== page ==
2.  The degree of risk, and, if the research is nontherapeutic*, whether it presents greater than minimal risk**.  Risks to subjects are to be minimized by using procedures which do not unnecessarily expose the subjects to risk, and whenever appropriate, by using procedures already being performed on the subjects for diagnostic or treatment purposes.

3.  The necessity and utility of the research and whether the risks to the subjects are outweighed by the potential benefits of the research and the importance of the knowledge that may reasonably be expected to result.  In evaluating risks and benefits, the IRB will consider only risks and benefits that may result from the research (as distinguished from risks and benefits of therapies subjects would receive even if not participating in the research).  The IRB will not consider possible long-range effects of applying knowledge gained in the research (for example, the possible effects of the research on public policy) as among those research risks or potential benefits that fall within the purview of its responsibilities.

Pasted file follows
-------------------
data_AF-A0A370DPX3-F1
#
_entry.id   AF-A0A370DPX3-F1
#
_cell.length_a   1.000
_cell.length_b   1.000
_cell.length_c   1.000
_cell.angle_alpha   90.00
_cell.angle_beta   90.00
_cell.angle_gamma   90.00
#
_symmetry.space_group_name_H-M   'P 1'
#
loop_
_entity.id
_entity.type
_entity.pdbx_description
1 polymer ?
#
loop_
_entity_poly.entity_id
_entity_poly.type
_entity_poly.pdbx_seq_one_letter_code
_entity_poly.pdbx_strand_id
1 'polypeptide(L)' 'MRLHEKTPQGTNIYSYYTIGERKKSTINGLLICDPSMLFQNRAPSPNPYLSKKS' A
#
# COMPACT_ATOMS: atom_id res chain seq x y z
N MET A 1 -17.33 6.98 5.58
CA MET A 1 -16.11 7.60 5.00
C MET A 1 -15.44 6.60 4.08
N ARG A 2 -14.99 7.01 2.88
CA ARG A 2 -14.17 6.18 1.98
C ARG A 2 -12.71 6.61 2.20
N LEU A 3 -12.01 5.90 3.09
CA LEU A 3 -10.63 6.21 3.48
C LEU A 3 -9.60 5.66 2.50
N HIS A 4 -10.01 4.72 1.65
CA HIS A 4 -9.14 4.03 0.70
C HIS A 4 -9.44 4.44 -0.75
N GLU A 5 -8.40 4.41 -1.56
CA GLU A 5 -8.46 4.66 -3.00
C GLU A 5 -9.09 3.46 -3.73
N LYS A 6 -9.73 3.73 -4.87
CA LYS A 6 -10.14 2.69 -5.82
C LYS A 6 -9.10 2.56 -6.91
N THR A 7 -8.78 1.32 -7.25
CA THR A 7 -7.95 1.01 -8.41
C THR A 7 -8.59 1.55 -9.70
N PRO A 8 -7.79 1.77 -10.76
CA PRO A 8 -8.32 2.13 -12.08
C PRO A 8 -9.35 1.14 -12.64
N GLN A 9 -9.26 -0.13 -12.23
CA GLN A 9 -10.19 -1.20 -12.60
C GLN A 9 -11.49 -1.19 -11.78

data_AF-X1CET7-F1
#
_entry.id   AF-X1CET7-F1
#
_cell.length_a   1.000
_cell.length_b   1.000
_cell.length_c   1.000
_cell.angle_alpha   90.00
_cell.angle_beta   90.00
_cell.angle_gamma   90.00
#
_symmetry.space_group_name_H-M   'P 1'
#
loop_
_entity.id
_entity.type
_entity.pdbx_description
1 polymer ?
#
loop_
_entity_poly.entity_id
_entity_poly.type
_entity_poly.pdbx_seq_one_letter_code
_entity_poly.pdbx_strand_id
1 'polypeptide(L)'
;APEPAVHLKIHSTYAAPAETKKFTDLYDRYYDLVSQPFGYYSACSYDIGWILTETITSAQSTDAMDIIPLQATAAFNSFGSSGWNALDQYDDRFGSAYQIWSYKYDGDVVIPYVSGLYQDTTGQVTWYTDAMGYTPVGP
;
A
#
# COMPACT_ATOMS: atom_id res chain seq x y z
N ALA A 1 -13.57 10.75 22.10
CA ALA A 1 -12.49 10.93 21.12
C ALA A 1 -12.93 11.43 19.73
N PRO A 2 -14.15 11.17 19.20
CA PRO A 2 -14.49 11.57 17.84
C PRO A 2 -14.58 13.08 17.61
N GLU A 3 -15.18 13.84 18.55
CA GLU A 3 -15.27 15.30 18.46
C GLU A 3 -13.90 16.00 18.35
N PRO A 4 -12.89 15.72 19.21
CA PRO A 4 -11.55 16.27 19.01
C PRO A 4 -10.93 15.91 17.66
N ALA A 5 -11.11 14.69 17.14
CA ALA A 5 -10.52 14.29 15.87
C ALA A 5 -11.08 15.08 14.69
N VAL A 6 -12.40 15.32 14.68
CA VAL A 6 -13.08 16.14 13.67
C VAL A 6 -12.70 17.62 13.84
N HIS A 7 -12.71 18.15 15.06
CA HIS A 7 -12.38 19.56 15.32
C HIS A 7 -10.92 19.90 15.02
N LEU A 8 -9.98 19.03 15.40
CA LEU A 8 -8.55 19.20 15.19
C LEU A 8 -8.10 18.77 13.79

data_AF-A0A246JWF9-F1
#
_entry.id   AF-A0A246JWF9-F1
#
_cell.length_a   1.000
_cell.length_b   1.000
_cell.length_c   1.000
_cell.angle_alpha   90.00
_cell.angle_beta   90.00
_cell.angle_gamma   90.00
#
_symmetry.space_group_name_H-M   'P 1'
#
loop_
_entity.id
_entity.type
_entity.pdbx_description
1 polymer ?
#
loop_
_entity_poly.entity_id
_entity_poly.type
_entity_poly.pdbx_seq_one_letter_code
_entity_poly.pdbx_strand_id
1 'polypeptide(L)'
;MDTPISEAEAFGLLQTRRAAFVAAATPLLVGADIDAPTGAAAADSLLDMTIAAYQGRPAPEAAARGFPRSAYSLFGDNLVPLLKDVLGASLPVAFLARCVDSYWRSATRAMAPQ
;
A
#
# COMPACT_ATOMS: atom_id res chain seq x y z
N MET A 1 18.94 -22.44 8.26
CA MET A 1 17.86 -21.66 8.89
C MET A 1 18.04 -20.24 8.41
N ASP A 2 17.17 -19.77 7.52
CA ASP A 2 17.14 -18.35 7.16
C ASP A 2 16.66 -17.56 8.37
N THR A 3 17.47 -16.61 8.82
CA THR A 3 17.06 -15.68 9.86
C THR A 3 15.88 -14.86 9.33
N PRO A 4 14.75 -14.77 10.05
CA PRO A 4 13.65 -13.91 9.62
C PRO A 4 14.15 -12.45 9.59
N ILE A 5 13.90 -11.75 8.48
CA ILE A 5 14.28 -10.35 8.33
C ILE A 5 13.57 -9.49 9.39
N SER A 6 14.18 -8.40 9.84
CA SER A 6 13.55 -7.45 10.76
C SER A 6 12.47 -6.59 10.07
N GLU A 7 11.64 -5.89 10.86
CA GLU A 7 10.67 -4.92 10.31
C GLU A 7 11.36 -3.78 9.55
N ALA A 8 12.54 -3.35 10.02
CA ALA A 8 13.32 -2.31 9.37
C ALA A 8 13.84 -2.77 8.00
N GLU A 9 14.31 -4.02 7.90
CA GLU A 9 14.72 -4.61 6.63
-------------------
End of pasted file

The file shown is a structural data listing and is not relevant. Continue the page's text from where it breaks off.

4.  The equity in criteria for selection of subjects, especially in research regarding the future development of mental or physical illness.  In making this assessment, the IRB will take into account the purposes of the research and the setting in which the research will be conducted and will be particularly cognizant of the special problems of research involving vulnerable populations, such as children, prisoners, pregnant women, mentally disabled persons, or economically/educationally disadvantaged persons.

5.  The adequacy of protection of rights and welfare of the participants.  These include the following:

6.  Voluntary informed consent is sought from each prospective subject or the subjects’ legally authorized representative and appropriately documented.

7.  Voluntary informed consent is obtained by methods that are adequate and appropriate to the subject’s educational level and language of greatest fluency.